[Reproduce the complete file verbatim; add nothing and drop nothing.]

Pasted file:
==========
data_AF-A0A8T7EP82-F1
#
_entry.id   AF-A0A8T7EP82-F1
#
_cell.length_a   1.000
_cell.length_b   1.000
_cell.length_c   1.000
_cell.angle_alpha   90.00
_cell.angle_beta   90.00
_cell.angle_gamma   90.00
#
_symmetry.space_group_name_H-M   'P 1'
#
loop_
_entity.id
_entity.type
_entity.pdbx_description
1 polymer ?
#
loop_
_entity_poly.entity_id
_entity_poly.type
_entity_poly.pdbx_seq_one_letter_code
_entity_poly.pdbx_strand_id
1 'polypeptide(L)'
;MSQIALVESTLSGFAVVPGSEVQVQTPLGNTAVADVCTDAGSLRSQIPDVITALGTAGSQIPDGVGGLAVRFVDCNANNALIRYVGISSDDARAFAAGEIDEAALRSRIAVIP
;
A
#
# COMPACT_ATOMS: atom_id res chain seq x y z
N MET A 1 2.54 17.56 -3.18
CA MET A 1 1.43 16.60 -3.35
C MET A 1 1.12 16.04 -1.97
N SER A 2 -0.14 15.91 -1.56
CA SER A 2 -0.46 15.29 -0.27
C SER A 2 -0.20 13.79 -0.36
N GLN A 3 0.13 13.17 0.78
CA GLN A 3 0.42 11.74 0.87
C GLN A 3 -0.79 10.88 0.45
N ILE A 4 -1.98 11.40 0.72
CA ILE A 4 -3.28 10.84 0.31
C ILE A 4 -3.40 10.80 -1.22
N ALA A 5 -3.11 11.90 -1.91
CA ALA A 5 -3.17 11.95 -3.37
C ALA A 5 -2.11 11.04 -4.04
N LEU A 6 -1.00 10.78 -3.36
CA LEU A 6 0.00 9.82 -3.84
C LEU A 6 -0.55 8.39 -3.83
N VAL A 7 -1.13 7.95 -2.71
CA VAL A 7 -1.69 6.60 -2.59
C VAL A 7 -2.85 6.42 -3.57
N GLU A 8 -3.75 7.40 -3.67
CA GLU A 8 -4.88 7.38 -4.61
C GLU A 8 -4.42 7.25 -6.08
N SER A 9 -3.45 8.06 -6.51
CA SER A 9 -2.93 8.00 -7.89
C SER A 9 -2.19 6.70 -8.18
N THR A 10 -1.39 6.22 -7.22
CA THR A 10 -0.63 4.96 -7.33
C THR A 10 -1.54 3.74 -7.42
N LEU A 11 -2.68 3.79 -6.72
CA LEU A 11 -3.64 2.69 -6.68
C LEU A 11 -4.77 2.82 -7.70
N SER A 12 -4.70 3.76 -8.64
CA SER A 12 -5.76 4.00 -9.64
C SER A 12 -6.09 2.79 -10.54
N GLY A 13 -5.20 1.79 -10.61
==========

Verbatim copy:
data_AF-A0A8T7EP82-F1
#
_entry.id   AF-A0A8T7EP82-F1
#
_cell.length_a   1.000
_cell.length_b   1.000
_cell.length_c   1.000
_cell.angle_alpha   90.00
_cell.angle_beta   90.00
_cell.angle_gamma   90.00
#
_symmetry.space_group_name_H-M   'P 1'
#
loop_
_entity.id
_entity.type
_entity.pdbx_description
1 polymer ?
#
loop_
_entity_poly.entity_id
_entity_poly.type
_entity_poly.pdbx_seq_one_letter_code
_entity_poly.pdbx_strand_id
1 'polypeptide(L)'
;MSQIALVESTLSGFAVVPGSEVQVQTPLGNTAVADVCTDAGSLRSQIPDVITALGTAGSQIPDGVGGLAVRFVDCNANNALIRYVGISSDDARAFAAGEIDEAALRSRIAVIP
;
A
#
# COMPACT_ATOMS: atom_id res chain seq x y z
N MET A 1 2.54 17.56 -3.18
CA MET A 1 1.43 16.60 -3.35
C MET A 1 1.12 16.04 -1.97
N SER A 2 -0.14 15.91 -1.56
CA SER A 2 -0.46 15.29 -0.27
C SER A 2 -0.20 13.79 -0.36
N GLN A 3 0.13 13.17 0.78
CA GLN A 3 0.42 11.74 0.87
C GLN A 3 -0.79 10.88 0.45
N ILE A 4 -1.98 11.40 0.72
CA ILE A 4 -3.28 10.84 0.31
C ILE A 4 -3.40 10.80 -1.22
N ALA A 5 -3.11 11.90 -1.91
CA ALA A 5 -3.17 11.95 -3.37
C ALA A 5 -2.11 11.04 -4.04
N LEU A 6 -1.00 10.78 -3.36
CA LEU A 6 0.00 9.82 -3.84
C LEU A 6 -0.55 8.39 -3.83
N VAL A 7 -1.13 7.95 -2.71
CA VAL A 7 -1.69 6.60 -2.59
C VAL A 7 -2.85 6.42 -3.57
N GLU A 8 -3.75 7.40 -3.67
CA GLU A 8 -4.88 7.38 -4.61
C GLU A 8 -4.42 7.25 -6.08
N SER A 9 -3.45 8.06 -6.51
CA SER A 9 -2.93 8.00 -7.89
C SER A 9 -2.19 6.70 -8.18
N THR A 10 -1.39 6.22 -7.22
CA THR A 10 -0.63 4.96 -7.33
C THR A 10 -1.54 3.74 -7.42
N LEU A 11 -2.68 3.79 -6.72
CA LEU A 11 -3.64 2.69 -6.68
C LEU A 11 -4.77 2.82 -7.70
N SER A 12 -4.70 3.76 -8.64
CA SER A 12 -5.76 4.00 -9.64
C SER A 12 -6.09 2.79 -10.54
N GLY A 13 -5.20 1.79 -10.61